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Forget all those updates about so-and-so being in the best shape of his life. Claiming something will not be a distraction is the new line when it comes to cliché spring training hotness.

Indeed, this focused group is growing in numbers by the day. Michael Young(notes) of the Texas Rangers became the latest member of the club on Sunday. Despite demanding a trade that has yet to come about (but made a 3-year-old sulk anyway), Young insisted that everything will be copacetic when it comes to the team's clubhouse this season.

From the Associated Press:

"He said he wasn't going to be a distraction. That was it," manager Ron Washington said, relaying what Young said during a scheduled team meeting before the workout.

Young's implied meaning: Case closed. End of story. Nothing to see here. Move along. 

And he might be right. While those of us in the media and stands might be fascinated at the schism between Young and GM Jon Daniels, it doesn't mean that the jilted ballplayer will be bellyaching about it around the batting cage and on the bench every day this season.

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But it also doesn't change the fact that Young is engaging in a familiar practice of denial this preseason. Among the other figures attempting to drop a cloth on the large pachyderm in the corner of the room and zero in on the task at hand are:

St. Louis Cardinals star Albert Pujols(notes), who said he's "more locked in this year than ever," despite admitting that the media circus surrounding his impending mega-contract is an undeniable "zoo."

• Cards manager Tony La Russa, who started off by saying that the Pujols situation could be a "spectacular distraction," then said it wouldn't be a distraction before creating a distraction on his own by claiming that the player's union was pressuring Pujols in contract talks.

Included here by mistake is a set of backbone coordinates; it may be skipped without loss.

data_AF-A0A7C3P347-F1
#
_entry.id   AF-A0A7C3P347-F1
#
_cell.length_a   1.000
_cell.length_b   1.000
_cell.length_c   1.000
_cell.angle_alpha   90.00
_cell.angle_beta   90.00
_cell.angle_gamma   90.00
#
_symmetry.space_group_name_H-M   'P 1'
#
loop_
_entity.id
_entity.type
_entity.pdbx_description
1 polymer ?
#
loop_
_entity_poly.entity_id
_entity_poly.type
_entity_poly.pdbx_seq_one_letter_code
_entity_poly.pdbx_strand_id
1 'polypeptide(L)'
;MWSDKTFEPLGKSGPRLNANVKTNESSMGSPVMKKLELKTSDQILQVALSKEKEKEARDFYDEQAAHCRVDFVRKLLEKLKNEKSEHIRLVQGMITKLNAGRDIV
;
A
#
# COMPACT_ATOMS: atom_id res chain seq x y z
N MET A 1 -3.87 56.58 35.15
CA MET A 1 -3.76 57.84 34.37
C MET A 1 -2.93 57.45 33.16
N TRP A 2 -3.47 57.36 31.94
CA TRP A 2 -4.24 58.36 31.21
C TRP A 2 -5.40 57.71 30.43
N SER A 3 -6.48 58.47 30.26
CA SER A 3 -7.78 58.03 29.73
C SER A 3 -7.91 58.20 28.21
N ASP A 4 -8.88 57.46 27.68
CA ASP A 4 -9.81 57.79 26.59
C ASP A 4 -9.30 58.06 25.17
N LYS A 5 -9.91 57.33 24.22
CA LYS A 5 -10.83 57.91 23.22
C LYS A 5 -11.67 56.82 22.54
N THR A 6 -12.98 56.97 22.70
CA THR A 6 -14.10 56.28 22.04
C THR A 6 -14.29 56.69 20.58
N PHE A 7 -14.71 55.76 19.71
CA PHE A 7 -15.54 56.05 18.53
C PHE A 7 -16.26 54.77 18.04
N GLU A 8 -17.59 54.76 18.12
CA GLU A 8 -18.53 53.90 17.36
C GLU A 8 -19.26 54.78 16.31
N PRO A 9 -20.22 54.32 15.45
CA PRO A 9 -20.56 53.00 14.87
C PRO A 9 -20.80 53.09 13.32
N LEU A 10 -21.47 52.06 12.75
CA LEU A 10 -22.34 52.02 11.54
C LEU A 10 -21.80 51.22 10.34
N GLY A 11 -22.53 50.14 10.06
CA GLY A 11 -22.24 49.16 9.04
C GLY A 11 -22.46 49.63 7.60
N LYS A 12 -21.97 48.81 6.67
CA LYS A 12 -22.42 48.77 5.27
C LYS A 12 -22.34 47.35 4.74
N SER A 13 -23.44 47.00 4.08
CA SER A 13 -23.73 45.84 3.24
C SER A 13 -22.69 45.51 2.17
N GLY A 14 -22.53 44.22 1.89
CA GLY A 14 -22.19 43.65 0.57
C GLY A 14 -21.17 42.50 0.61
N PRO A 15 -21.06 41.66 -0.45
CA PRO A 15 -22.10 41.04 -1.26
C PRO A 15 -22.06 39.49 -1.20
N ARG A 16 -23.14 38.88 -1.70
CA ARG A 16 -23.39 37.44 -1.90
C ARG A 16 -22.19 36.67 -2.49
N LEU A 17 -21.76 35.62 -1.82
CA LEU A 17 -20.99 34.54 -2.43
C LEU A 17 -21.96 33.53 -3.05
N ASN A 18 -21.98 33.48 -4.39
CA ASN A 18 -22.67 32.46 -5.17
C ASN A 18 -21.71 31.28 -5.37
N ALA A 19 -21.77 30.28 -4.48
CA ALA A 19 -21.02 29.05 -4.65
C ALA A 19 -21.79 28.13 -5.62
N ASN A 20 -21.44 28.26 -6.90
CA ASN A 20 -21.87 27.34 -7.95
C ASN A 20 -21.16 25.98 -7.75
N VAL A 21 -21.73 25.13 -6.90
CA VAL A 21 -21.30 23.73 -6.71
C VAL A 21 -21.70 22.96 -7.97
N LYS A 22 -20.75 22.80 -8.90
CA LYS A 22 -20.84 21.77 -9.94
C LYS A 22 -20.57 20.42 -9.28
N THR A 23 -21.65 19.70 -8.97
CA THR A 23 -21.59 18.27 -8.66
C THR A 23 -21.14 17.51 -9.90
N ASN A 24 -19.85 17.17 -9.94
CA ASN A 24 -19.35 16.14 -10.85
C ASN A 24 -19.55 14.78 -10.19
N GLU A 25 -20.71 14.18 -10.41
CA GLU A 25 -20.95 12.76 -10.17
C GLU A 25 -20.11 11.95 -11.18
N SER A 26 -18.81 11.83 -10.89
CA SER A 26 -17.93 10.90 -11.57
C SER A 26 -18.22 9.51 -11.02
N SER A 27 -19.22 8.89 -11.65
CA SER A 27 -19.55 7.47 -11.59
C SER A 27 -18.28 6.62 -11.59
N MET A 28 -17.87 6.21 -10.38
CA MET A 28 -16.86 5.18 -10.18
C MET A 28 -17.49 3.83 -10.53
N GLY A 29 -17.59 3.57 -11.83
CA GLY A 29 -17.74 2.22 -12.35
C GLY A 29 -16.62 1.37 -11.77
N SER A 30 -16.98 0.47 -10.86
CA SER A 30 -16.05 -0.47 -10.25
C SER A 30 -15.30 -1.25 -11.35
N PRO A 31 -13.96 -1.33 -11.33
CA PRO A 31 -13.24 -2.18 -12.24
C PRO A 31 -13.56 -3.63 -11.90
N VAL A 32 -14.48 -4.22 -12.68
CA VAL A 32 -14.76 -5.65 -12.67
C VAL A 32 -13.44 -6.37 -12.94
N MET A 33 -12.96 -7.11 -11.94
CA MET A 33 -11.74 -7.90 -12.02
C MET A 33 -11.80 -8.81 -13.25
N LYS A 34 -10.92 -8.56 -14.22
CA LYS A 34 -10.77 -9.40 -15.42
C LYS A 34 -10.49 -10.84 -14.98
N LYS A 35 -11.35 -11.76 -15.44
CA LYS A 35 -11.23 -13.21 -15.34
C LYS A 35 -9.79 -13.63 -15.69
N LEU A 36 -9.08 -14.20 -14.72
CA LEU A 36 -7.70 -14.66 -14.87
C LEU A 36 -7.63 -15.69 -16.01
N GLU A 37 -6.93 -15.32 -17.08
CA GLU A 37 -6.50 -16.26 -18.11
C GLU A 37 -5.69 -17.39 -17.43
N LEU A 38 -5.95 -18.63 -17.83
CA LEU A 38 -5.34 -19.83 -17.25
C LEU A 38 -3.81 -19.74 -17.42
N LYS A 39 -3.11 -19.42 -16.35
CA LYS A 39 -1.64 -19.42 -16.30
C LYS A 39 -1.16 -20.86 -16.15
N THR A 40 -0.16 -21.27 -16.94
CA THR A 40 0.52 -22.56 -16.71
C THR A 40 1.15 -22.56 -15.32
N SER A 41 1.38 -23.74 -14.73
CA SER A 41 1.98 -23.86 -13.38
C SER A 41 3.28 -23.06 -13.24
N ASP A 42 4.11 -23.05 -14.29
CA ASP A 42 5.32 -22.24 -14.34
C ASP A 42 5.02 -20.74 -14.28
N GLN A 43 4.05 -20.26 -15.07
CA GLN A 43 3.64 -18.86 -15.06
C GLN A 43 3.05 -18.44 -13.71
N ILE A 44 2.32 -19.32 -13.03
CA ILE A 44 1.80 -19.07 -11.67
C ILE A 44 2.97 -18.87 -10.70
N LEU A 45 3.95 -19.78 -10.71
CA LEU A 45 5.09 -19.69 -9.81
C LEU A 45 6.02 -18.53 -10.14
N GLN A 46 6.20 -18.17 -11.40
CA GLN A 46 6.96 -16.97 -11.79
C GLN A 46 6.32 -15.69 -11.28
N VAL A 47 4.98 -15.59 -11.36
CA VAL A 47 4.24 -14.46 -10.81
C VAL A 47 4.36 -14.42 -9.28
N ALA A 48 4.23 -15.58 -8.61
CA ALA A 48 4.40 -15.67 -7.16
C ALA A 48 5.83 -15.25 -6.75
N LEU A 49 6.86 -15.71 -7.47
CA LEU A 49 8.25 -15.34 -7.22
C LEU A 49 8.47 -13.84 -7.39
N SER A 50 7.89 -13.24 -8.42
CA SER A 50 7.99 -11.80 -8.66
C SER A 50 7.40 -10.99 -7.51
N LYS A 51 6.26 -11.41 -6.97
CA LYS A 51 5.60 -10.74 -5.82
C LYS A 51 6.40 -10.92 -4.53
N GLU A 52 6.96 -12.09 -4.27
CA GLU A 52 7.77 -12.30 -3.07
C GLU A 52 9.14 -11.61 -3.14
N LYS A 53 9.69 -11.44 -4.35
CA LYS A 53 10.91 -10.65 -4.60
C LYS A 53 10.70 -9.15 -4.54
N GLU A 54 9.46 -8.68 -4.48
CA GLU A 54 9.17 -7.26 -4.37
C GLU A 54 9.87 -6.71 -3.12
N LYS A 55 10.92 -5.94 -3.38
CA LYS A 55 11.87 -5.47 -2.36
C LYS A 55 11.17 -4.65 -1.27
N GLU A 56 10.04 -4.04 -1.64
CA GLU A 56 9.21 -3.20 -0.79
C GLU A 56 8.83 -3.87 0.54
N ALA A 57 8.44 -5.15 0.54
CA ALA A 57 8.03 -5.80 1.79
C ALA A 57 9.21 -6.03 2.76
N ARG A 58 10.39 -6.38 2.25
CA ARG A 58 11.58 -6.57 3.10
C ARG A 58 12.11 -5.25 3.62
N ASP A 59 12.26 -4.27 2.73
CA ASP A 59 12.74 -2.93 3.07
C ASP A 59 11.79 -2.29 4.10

Detroit Tigers manager Jim Leyland, who believes the potential on-field loss of star Miguel Cabrera(notes) to rehab — or even simple concern for a friend and teammate who is struggling with personal demons — is "not going to affect the team at all."

New York Yankees pitcher CC Sabathia(notes), who said he won't let the possibility of opting out of his contract and potentially leaving the Yankees with no reliable pitchers to be a distraction.

• New Milwaukee Brewers manager Ron Roenicke, who said his team won't be distracted by the fact that Prince Fielder(notes) will be a free agent next winter.  

And on and on.

Again, it's silly for anyone to think that any of these storylines would be a debilitating distraction on an everyday basis this season. But because the players and managers are so consistently adamant, it really makes you wonder what they would consider to be a distraction. The USC marching band tromping through the clubhouse? The return of Morganna? A moat filled with sharks and crocodiles between the on-deck circle and batter's box?

Ah, wait, we've just received word that there is at least one person concerned about a player's focus. It's Cincinnati Reds manager Dusty Baker and he's worried that Brandon Phillips'(notes) recent entry into the world of Twitter might have an impact on his season.

"I just hope that it's not too time-consuming and distracting from what he has to do," Baker told reporters.  

So for those of you keeping score at home:

Possible rehab stints, $300 million contracts and looming free agency = Not a distraction.

Irrelevant updates comprised of 140 characters and social media = Distraction. 

Makes sense to me.

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